Unless there is evidence to the contrary (and under special circumstances), all items are considered to form part of the property settlement despite whose name is on the documents of ownership, who bought the asset, or who obtained the debt.
What Will I Get?
In order to determine who gets what in a settlement, it is usual practice for the value of the property and assets to be first added up. Then the value of the debts and liabilities is calculated. The value of the debt is then deducted from the value of the property which produces an amount commonly referred to as the net pool of assets. This amount is the subject of the property settlement.
After the calculation is made and the aforementioned net pool of assets is confirmed, the pool will then be apportioned between you and your ex-partner. How this is divided is based on a range of considerations. Primarily the law is interested in:
- The type of contribution each person made towards those assets; and
- the current and future financial circumstances of each person.
It is extremely important to note that this is merely a guide as to what the courts consider and how property is ultimately divided. There is no precise formula or calculation as every relationship is unique, and there are many factors that the law considers when determining what is a just and equitable outcome for both parties.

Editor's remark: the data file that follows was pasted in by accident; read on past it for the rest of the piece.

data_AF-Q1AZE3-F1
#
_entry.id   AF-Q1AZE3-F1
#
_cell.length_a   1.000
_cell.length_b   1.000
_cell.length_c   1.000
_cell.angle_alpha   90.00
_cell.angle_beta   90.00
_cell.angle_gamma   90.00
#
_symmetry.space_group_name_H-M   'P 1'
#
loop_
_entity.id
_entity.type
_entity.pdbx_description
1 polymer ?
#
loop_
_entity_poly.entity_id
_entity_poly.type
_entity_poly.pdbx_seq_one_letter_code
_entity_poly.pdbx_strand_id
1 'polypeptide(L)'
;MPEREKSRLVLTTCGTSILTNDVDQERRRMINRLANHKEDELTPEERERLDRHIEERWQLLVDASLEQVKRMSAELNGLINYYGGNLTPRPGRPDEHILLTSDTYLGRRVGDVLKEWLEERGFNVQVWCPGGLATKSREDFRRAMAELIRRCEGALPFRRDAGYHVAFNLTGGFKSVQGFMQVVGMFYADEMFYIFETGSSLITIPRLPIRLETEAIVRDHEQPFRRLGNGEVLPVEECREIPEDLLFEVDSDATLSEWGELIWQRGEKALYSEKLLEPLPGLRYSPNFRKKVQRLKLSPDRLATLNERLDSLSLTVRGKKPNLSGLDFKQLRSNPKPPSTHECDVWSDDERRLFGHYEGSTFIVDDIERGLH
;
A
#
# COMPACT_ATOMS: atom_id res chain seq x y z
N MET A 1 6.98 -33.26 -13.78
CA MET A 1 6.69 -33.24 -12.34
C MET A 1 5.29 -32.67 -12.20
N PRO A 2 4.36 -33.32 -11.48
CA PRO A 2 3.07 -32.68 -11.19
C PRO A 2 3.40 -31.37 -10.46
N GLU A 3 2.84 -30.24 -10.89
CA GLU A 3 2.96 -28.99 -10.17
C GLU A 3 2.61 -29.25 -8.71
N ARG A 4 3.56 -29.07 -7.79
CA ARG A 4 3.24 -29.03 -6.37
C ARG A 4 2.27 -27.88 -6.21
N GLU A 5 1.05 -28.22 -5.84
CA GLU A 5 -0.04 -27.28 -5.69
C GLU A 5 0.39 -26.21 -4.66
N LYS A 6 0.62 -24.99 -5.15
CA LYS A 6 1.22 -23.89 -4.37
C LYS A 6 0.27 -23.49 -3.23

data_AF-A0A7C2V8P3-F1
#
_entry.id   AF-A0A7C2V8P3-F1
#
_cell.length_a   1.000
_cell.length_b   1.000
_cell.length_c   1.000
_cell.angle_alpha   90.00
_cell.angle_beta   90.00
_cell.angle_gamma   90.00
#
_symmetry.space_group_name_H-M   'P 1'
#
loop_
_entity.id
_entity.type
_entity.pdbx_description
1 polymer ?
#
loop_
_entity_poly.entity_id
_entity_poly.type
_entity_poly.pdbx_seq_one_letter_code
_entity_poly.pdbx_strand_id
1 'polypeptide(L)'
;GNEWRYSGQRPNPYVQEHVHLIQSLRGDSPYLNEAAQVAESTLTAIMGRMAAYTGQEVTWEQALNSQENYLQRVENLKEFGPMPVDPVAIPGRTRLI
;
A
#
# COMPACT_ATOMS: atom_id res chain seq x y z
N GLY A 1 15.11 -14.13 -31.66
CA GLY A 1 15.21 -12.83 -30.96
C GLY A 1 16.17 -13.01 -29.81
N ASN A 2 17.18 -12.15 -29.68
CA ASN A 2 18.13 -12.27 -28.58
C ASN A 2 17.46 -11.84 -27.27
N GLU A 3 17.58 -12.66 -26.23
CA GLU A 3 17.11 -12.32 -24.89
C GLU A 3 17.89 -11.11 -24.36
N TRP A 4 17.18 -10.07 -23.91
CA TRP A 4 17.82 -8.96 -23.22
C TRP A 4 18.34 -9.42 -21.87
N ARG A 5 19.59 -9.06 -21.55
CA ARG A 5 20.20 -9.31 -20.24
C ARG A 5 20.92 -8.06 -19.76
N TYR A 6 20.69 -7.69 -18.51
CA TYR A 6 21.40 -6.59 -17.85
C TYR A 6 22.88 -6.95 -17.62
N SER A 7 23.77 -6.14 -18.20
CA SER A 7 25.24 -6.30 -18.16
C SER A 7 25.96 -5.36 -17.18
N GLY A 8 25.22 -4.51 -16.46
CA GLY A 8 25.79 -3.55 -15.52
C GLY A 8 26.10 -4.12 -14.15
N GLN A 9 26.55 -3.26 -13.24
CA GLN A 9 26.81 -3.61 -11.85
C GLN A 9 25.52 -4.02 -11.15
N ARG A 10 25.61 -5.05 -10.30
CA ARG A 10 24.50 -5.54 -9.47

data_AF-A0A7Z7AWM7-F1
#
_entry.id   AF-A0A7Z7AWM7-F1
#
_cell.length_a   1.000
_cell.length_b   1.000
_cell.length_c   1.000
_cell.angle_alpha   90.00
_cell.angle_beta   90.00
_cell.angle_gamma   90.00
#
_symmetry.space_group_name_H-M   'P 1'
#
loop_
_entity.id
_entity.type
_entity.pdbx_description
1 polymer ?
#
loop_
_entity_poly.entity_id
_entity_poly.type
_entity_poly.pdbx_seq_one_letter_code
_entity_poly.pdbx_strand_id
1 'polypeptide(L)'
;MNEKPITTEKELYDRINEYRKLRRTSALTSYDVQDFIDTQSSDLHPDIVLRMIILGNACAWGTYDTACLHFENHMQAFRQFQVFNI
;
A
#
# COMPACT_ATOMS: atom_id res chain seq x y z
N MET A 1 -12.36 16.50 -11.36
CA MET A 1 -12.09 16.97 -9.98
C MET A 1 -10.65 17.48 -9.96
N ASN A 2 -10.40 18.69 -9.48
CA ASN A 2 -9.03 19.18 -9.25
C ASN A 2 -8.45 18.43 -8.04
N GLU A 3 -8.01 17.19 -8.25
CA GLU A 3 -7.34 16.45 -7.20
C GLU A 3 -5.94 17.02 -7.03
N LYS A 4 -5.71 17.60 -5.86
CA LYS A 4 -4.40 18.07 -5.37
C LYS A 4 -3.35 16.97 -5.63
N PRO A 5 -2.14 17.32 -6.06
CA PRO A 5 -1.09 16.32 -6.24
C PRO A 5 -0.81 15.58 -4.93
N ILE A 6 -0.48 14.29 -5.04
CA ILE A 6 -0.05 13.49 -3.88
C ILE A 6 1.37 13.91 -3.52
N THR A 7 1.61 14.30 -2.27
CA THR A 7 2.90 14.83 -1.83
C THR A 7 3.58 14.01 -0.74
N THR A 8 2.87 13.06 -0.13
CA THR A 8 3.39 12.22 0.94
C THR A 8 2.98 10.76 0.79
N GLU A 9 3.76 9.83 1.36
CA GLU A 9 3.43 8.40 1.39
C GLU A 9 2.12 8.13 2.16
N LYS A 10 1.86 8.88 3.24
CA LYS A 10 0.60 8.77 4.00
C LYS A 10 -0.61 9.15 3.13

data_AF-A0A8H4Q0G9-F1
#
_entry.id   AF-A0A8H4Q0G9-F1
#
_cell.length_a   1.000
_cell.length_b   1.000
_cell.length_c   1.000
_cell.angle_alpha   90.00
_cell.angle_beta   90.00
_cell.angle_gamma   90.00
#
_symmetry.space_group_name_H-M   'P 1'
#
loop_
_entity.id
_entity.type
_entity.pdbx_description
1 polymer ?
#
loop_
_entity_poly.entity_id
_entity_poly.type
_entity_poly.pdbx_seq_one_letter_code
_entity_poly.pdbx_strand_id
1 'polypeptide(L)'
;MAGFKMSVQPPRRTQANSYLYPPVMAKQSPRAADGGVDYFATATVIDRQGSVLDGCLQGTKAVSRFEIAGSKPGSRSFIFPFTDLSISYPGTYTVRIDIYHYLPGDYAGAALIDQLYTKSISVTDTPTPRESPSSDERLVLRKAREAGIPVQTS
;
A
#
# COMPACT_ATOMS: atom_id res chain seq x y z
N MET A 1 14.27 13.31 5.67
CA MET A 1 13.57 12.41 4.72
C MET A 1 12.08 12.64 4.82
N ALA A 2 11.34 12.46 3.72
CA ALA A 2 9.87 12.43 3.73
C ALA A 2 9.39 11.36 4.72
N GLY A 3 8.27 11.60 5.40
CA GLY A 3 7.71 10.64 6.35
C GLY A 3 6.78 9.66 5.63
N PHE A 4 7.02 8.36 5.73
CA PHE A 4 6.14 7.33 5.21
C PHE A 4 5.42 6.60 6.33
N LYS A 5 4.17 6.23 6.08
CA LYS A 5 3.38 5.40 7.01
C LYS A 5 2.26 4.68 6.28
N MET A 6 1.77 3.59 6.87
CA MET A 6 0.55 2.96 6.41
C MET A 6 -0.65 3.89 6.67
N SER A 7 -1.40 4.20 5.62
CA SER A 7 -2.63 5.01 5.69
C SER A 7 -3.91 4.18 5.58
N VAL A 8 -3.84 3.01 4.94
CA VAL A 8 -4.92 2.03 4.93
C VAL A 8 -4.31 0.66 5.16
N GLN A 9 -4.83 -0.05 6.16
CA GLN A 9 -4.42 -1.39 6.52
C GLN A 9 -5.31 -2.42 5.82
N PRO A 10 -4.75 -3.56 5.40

Some other factors include:
- Direct financial contributions, such as wages.
- Indirect financial contributions, such as gifts and inheritance.
- Non-financial contributions such as caring for any children, and homemaking duties.
- Current and future earning potential.
- Overall financial resources.
Whether a determination of the above is made in court or amicably between two people, a family divorce or separation lawyer can help you with the separation process. KPL Lawyers can assist you with drafting a legal agreement so that you don’t have to go to court. If you do have to go to court, KPL Lawyers will make sure you have the best representation possible.
A Special Mention to Superannuation
It is important to note that superannuation is now considered part of your property settlement. Superannuation splitting has become a considerable part of property settlement over the years as the laws have finessed.
Superannuation can be divided by:
- Splitting by agreement or court order.
It is worth noting that superannuation is still subject to superannuation preservation laws and cannot be released until you or your ex-partner reach retirement age.
- Entering a flagging agreement.
This involves deferring a decision until another time. The superannuation fund is unable to move funds until this flagging agreement has been lifted or satisfied.
- Leaving the superannuation, but accounting for it in the pool of assets.
You can choose to leave the superannuation in your accounts but have it considered in the calculation of the net pool of assets.
Superannuation can be a large asset in the division of property. The law surrounding this is complicated, so it is a good idea to get legal advice before entering into any negotiations to ensure you receive your fair share of assets.